Sorry for multiple replies...I'm just wondering if NFCU maybe would be willing to give you a personal loan for the difference? Their highest interest rate on personal loans is 18% and your income is pretty much as solid as they come so it's not a terrible loan to make.

 

Since your VW Credit APR is 17%, it would make sense to take a personal loan at 18% for the underwater amount to potentially save a lot of interest on a refi'ed auto loan.

 

I am somewhat grasping at straws here, but short of you coming up with $7 - 8k, I think NFCU is one of the few (only?) lenders that may be able to make this work (still a bit of a moonshot). But I don't think you have a lot to loose by calling them and asking. They may not come up with the auto loan + personal loan idea when you call them but you can try seeding in their head to see if in the art of possible.

Message 5 of 24
Established Member

Re: Refi with 175% LTV?

I did try that initially with NFCU and USAA. The lady with NFCU finally told me frankly their LTV is 120%(after being denied twice in the past), and I believe USAA based on the parameters they gave me(through a counter-offer) are probably at 120% too, possibly 130%. I think the personal loan may be the best way to go then. I may start scouring the Personal Loan board to see if I can find any lenders that may work with my scores. I can afford my car payment as things currently sit, and I must be doing something right as I'm about 30 days away from being Credit Card debt free. I'm thinking more long term as I have roughly 18 months left til I get out of the Army, and while sure I can move back in with family, I'd prefer not to. But this car payment is going to have to go down first. I may see what I can do to pay extra on the principle, and then right before I leave the military look into a personal loan where my scores should definitely be above 650 across the board. My "nuclear option" would be maybe adding another 12-18 months on to my contract just for the purpose of getting a small bonus that I can add some cash to if necessary to get below 120%.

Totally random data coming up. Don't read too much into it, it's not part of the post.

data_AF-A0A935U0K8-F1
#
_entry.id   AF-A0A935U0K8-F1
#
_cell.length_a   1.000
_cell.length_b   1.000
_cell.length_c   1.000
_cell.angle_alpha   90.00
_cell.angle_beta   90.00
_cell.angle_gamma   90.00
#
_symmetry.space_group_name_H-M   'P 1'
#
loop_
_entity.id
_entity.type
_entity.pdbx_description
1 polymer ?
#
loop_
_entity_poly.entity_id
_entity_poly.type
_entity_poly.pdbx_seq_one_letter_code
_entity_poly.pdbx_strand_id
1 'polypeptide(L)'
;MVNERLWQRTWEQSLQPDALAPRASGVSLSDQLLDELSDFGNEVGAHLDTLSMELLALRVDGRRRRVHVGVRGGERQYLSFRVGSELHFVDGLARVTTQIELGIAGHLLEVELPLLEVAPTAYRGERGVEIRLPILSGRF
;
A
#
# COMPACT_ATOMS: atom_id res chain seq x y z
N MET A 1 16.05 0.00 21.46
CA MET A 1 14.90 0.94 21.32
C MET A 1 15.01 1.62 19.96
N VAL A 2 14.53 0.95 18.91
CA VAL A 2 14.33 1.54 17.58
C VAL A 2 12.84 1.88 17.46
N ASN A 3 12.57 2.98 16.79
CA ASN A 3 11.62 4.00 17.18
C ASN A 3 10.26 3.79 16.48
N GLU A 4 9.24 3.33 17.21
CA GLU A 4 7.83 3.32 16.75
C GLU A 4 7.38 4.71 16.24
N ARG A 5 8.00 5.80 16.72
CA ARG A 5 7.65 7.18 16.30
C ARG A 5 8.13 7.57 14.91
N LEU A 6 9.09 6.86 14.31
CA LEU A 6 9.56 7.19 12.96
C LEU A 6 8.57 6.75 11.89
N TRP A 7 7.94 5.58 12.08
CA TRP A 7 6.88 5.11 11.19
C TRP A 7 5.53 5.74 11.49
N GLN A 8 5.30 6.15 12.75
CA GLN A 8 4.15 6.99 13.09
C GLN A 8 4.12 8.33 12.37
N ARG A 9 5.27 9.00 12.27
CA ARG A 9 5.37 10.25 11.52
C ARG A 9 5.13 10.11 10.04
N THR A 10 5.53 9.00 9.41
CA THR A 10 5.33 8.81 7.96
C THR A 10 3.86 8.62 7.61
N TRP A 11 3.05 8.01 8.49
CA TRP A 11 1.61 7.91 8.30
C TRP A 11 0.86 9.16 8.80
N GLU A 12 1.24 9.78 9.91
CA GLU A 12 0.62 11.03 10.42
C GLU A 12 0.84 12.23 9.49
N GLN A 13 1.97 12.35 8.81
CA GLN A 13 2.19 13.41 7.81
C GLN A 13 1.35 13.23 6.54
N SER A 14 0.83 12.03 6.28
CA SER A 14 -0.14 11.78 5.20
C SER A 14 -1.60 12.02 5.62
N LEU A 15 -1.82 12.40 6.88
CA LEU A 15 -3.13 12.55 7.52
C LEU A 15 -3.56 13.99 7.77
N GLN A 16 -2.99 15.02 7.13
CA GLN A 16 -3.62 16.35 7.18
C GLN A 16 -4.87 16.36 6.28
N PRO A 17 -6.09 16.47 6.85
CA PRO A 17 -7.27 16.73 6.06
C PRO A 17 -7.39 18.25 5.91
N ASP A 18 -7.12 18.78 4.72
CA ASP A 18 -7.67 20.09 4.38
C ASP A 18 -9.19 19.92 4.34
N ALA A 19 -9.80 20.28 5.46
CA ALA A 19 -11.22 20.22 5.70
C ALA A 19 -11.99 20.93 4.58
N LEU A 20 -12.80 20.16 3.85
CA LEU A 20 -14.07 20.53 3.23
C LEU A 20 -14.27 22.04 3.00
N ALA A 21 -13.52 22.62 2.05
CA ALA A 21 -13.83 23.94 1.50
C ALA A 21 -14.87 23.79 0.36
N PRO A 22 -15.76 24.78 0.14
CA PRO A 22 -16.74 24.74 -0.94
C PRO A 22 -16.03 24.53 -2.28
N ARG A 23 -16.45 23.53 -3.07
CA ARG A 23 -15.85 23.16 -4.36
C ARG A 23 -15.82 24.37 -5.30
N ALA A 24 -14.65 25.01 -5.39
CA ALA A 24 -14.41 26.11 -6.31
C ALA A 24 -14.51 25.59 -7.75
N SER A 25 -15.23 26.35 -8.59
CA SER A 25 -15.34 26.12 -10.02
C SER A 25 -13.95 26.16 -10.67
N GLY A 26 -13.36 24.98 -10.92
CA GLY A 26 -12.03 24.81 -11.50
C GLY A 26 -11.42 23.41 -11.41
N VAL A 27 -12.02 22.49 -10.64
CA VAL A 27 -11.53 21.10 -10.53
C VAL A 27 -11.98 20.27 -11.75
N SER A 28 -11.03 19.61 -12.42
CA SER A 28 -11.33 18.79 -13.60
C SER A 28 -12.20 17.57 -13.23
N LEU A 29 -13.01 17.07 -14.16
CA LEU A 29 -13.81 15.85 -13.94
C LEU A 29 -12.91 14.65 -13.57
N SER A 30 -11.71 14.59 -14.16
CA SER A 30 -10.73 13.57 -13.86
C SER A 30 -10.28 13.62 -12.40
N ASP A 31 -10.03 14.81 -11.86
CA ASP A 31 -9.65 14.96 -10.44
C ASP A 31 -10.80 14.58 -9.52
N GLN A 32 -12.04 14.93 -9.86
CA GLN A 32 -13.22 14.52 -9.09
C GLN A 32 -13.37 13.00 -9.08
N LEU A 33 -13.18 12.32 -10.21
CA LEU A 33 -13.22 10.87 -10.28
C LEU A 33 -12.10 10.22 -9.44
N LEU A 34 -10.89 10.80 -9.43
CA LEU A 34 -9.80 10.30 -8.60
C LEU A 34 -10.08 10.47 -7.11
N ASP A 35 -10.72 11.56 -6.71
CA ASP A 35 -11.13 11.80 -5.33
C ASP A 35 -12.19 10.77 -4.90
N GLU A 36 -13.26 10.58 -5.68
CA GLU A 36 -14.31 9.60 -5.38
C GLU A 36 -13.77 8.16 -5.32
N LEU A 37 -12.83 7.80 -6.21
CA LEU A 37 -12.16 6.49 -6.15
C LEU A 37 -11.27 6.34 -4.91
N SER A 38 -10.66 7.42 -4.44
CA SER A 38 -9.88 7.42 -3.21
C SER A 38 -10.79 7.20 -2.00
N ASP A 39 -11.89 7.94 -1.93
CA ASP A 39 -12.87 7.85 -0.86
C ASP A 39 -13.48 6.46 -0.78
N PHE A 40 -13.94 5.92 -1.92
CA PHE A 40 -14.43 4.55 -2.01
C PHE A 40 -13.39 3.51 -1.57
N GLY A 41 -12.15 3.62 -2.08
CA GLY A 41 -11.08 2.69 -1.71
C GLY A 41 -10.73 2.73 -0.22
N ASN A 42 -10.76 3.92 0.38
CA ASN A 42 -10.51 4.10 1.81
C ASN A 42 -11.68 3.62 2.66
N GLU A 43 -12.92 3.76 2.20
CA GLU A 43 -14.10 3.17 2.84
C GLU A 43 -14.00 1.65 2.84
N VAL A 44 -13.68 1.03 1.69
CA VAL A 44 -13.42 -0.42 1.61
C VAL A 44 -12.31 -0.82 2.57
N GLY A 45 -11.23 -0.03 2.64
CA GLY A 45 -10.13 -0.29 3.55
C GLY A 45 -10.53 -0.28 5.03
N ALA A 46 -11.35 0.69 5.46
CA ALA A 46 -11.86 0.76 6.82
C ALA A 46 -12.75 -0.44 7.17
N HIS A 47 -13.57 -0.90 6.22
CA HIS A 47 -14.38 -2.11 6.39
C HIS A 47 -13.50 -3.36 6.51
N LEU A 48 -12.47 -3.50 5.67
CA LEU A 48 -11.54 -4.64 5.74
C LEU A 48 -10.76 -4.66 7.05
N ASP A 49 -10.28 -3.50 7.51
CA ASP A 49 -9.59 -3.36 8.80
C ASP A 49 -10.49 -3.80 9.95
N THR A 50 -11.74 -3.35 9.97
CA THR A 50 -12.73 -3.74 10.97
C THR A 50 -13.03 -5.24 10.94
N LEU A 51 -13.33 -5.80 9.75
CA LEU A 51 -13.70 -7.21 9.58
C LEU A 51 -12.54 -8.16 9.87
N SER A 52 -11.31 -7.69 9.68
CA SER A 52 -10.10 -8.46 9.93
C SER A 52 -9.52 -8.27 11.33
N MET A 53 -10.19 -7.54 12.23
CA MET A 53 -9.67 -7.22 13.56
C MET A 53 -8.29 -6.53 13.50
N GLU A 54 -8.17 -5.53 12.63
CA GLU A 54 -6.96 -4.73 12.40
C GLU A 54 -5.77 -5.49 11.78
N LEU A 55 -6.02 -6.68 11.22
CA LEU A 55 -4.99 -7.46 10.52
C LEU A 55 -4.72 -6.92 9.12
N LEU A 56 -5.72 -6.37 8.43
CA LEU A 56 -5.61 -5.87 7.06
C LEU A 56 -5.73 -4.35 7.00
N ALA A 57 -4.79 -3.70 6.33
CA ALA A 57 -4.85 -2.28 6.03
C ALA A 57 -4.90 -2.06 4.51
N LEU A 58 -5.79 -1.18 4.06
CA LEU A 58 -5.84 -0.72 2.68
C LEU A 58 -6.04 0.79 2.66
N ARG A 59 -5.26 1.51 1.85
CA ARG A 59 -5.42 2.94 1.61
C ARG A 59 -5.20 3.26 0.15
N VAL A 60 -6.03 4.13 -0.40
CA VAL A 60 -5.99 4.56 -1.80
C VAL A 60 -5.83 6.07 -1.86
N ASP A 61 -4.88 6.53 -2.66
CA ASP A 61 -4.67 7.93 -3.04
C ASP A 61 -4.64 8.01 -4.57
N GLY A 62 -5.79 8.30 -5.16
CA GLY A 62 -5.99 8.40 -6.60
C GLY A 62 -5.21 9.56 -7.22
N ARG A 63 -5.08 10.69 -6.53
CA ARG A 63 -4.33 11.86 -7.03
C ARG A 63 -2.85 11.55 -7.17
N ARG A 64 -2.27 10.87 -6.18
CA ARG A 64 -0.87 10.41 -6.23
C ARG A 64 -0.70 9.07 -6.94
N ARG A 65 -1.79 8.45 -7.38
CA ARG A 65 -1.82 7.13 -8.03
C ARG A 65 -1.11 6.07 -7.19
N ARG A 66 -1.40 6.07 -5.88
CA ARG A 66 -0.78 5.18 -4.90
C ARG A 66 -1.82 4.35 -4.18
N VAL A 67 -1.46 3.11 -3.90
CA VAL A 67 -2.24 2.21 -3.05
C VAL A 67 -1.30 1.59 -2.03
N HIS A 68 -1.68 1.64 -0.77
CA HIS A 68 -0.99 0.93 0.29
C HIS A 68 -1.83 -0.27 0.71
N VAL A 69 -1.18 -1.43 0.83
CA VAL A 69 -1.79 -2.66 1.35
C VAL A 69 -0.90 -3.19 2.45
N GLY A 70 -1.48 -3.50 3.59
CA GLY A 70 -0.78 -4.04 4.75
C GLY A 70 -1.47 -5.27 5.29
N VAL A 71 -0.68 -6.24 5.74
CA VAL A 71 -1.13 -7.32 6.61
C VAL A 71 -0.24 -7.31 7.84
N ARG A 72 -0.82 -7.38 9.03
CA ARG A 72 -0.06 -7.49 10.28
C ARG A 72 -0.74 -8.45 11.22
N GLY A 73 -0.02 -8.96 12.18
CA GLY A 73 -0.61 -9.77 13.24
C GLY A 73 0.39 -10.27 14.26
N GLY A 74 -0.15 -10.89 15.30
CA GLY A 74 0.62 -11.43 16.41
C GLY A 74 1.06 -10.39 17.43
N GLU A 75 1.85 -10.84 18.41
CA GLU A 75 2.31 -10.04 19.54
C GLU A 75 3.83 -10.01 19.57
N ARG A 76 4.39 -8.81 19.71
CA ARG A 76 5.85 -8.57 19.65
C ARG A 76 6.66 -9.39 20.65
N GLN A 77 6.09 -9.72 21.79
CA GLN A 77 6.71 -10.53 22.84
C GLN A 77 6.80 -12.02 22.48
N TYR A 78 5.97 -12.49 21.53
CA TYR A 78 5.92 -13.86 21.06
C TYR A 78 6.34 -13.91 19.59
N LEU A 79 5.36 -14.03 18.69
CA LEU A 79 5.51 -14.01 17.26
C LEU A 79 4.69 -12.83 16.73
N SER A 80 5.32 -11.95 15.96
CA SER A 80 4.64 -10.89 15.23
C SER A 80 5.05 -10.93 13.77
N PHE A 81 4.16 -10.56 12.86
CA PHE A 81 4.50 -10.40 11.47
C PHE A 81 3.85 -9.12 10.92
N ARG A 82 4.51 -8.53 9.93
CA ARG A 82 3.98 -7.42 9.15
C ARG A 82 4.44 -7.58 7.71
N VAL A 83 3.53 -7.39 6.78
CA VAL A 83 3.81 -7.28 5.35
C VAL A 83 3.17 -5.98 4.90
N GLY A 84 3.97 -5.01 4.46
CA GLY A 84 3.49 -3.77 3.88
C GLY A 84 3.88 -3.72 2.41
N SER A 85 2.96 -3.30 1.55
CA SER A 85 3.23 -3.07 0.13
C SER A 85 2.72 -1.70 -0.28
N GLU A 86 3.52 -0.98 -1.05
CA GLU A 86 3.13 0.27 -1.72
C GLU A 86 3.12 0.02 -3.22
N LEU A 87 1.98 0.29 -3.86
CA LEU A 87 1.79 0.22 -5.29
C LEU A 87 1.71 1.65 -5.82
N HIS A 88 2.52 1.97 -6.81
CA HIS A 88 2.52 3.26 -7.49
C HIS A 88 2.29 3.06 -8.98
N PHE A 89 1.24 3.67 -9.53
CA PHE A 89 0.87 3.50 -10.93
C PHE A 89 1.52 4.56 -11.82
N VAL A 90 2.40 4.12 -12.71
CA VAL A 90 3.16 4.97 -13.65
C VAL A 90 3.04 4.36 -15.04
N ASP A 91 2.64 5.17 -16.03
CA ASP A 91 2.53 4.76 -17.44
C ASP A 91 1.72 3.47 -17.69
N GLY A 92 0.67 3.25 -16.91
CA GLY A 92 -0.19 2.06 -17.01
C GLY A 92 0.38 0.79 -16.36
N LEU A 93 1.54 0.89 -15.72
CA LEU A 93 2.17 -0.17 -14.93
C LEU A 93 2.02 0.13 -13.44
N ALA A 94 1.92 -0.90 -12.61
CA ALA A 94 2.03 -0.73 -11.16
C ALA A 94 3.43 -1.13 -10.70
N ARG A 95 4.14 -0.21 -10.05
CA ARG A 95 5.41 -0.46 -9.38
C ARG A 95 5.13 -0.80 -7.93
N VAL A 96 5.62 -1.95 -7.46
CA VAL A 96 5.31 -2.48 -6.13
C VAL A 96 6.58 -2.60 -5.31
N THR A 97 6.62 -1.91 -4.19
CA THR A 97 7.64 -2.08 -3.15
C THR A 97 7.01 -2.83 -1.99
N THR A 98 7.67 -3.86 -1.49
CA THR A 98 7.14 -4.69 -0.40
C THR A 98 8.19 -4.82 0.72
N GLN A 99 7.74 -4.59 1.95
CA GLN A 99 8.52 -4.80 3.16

EX - 637/TU - 611/EQ - 608